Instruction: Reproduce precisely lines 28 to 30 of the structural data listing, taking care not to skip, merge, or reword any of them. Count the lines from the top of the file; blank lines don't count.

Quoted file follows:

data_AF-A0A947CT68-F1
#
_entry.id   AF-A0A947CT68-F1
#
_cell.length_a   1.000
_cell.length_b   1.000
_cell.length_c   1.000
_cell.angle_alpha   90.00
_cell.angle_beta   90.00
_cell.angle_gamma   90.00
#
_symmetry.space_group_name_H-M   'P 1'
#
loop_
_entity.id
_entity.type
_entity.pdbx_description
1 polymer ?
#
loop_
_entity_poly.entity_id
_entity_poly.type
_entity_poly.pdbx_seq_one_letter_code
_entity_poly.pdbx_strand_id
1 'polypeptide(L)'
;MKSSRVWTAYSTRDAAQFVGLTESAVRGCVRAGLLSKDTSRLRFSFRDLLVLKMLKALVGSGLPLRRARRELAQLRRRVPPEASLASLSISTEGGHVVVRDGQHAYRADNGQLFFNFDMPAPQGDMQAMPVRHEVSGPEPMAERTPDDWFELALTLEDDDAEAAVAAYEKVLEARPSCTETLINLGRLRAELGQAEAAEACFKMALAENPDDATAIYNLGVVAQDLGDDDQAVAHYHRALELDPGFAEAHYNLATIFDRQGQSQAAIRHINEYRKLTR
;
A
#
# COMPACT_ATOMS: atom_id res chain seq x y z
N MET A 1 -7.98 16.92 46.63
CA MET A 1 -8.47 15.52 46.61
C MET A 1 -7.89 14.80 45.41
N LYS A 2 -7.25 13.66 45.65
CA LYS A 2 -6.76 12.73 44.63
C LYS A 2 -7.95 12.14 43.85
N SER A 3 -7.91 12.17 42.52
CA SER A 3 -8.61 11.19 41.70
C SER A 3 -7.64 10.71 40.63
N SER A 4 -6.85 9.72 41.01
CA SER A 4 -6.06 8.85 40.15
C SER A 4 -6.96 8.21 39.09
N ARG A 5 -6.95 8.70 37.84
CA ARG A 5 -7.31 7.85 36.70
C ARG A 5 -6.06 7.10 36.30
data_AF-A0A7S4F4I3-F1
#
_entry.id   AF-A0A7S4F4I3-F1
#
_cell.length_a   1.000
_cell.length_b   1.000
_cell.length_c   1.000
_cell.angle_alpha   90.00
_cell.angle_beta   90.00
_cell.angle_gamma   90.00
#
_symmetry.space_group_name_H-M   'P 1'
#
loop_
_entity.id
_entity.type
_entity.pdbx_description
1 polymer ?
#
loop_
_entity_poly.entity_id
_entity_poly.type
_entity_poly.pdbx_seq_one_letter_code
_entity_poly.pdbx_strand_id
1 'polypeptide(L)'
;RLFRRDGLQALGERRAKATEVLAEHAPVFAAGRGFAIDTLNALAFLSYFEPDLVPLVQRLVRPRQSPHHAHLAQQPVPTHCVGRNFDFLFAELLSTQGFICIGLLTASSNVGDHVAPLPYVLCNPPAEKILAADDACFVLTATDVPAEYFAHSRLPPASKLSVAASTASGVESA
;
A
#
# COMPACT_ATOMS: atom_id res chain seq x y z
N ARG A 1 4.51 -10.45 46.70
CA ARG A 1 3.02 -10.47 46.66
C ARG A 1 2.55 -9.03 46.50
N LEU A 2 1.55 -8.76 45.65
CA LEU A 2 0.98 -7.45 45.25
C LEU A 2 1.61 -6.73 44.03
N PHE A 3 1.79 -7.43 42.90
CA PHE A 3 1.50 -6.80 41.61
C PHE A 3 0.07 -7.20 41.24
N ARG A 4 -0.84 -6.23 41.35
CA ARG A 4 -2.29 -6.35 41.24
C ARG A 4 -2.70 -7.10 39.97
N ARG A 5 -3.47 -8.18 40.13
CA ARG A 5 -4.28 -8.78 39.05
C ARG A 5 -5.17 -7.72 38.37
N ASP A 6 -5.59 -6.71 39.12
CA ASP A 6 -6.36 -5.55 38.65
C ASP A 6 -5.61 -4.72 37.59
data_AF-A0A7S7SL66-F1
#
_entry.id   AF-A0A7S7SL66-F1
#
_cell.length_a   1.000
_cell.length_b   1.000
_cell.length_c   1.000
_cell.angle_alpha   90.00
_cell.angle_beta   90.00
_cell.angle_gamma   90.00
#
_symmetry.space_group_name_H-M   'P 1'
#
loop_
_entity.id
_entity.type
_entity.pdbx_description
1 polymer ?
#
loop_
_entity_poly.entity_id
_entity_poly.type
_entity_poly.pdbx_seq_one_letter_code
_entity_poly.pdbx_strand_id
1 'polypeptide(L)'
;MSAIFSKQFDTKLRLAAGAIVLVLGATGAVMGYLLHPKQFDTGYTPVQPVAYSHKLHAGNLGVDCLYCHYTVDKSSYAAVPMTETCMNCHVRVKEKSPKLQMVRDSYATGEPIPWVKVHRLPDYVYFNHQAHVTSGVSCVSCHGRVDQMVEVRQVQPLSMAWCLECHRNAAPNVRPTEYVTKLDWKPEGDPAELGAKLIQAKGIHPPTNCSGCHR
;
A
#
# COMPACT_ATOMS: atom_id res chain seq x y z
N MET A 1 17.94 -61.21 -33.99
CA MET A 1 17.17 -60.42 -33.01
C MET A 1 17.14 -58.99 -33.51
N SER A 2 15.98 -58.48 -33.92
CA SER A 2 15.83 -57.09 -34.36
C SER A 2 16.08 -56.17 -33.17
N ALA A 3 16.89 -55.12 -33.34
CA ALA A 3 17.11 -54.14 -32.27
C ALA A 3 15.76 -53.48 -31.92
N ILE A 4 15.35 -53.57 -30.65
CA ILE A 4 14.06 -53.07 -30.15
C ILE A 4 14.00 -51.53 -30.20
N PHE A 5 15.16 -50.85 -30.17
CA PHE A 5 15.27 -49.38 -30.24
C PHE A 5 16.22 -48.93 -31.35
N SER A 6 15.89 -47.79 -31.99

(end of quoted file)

A
#
# COMPACT_ATOMS: atom_id res chain seq x y z